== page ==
United Airlines has announced it is expecting to hire 25,000 new union workers by 2026, just one day after the airline confirmed its largest jet order in history.
In a memo confirmed by CNBC, United Airlines will begin hiring these workers in the coming years, focusing on major city hubs.
The jobs will primarily focus on hiring 5,000 employees in hubs such as Newark and New Jersey, around 4,000 positions in San Francisco, and 3,000 each in Washington Dulles, Chicago, Denver, and Los Angeles.
United Airlines employs 92,000 workers overall, with about 68,000 unionised workers, equating to 89 per cent of its total workforce, according to the company.
This new hiring spree will contribute an additional 36 per cent increase in United’s employee count.
The airline estimates every new direct airline job will facilitate two indirect jobs, including manufacturers, management and retail.
Just yesterday it was confirmed that United Airlines has placed a mammoth order of 270 narrow-bodied jets, spread across both Boeing and Airbus, in a deal worth over US$30 billion.
Both Boeing and Airbus have confirmed the new orders, which marks the largest aircraft order in the airline’s history.
The deal is confirmed to include a total of 70 Airbus A321neo aircraft, as well as 200 Boeing 737 MAX jets.
The Boeing order includes 150 of the not-yet-certified 737-10, the largest variant of the MAX family, as well as 50 classic 737-8 jets.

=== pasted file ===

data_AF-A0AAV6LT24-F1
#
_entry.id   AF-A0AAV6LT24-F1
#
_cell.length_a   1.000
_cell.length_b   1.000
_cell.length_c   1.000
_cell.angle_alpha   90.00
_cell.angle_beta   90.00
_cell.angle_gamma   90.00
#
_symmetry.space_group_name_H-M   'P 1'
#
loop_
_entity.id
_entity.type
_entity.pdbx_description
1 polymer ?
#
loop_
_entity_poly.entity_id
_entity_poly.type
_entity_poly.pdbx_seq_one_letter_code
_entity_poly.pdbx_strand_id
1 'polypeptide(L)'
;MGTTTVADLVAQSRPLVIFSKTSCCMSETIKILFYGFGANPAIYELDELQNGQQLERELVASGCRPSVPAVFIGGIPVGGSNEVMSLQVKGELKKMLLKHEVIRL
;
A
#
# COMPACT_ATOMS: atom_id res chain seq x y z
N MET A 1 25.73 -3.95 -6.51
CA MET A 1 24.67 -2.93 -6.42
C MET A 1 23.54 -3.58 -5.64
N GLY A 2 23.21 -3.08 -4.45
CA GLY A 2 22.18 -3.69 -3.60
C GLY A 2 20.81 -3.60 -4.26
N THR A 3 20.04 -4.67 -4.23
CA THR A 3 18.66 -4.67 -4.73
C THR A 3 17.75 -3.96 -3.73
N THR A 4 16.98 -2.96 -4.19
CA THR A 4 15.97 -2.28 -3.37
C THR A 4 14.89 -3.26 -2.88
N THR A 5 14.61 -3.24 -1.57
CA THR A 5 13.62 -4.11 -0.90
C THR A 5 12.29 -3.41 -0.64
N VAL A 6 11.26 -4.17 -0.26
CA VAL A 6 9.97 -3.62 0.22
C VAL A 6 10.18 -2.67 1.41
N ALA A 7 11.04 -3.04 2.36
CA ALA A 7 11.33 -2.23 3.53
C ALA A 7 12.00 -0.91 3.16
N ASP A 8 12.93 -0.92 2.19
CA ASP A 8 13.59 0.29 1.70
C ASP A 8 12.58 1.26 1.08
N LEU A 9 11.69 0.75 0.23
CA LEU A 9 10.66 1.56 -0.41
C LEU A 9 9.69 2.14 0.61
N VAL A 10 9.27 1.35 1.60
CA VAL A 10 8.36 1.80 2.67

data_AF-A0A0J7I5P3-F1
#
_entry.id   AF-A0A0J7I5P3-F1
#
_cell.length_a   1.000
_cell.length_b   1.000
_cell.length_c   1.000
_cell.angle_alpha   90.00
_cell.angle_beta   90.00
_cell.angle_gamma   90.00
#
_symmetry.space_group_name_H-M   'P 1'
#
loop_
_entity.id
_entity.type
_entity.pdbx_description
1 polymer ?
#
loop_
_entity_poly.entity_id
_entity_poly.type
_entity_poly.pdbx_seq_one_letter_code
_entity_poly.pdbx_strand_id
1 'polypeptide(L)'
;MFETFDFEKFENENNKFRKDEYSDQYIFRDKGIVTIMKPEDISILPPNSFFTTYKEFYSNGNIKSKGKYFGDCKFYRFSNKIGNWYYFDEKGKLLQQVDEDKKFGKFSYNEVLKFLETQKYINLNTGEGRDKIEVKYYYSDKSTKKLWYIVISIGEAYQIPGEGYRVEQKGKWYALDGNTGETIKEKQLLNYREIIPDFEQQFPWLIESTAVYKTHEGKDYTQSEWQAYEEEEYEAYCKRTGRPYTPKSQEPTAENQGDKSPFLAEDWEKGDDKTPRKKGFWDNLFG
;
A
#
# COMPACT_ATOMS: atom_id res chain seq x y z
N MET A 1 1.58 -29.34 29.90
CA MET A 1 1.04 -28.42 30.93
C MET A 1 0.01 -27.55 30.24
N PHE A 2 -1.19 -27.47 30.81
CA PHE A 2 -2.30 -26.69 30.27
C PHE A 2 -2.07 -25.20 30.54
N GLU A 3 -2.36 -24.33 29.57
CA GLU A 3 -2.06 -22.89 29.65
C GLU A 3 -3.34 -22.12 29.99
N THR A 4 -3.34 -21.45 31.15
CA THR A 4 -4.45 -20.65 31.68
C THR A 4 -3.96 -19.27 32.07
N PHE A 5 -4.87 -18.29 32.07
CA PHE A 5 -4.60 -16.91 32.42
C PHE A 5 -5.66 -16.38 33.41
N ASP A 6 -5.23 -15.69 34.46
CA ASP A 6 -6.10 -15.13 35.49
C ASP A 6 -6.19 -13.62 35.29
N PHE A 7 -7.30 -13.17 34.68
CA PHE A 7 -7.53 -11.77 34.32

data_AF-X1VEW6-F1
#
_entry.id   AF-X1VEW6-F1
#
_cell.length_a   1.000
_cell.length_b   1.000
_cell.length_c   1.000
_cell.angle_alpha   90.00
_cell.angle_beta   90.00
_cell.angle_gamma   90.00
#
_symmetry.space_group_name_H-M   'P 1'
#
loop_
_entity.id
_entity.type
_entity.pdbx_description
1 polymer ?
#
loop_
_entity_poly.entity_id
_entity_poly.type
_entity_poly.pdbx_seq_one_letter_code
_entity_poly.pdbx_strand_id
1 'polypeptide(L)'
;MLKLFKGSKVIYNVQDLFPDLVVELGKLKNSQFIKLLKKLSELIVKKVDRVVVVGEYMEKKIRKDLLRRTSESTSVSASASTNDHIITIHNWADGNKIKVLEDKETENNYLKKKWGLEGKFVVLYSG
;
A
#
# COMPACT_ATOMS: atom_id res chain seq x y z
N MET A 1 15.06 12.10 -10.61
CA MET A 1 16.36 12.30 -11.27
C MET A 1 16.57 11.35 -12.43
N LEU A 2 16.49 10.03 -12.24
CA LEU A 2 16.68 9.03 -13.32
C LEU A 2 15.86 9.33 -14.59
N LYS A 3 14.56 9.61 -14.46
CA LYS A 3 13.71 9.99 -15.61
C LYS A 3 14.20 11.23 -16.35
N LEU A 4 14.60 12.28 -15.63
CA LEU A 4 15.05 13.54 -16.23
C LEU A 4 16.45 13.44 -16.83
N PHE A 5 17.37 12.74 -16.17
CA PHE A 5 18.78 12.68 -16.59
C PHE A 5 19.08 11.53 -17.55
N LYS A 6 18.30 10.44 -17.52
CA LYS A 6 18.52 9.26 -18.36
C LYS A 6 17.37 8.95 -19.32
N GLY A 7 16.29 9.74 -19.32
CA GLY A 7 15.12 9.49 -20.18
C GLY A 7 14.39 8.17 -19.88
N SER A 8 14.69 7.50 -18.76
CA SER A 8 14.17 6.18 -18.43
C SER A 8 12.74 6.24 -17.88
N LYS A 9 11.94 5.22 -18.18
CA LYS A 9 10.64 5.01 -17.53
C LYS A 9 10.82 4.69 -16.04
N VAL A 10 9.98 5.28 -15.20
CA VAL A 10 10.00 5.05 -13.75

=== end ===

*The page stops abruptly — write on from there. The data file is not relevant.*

“Our ‘United Next’ vision will revolutionise the experience of flying United as we accelerate our business to meet a resurgence in air travel,” said United CEO Scott Kirby.
With this monumental jet order, a hiring strategy such as this will position United to take on its growing fleet, despite losing ground in market share over the past few years.
United announced on Monday that the airline had also seen its first single day of profitability since its 18-month streak of major losses and cash burn. The company saw a financial loss of over US$7 billion during 2020.
The airline lost thousands of workers during the pandemic, who were either fired, or furloughed. United received over US$54 billion in COVID-19 relief, along with other carriers in exchange for avoiding these types of cuts.
According to a study released last year from the Federal Aviation Administration and United, the new aircraft is estimated to reel in over US$30 billion from customers yearly, overall contributing to around US$50 billion to the US economy.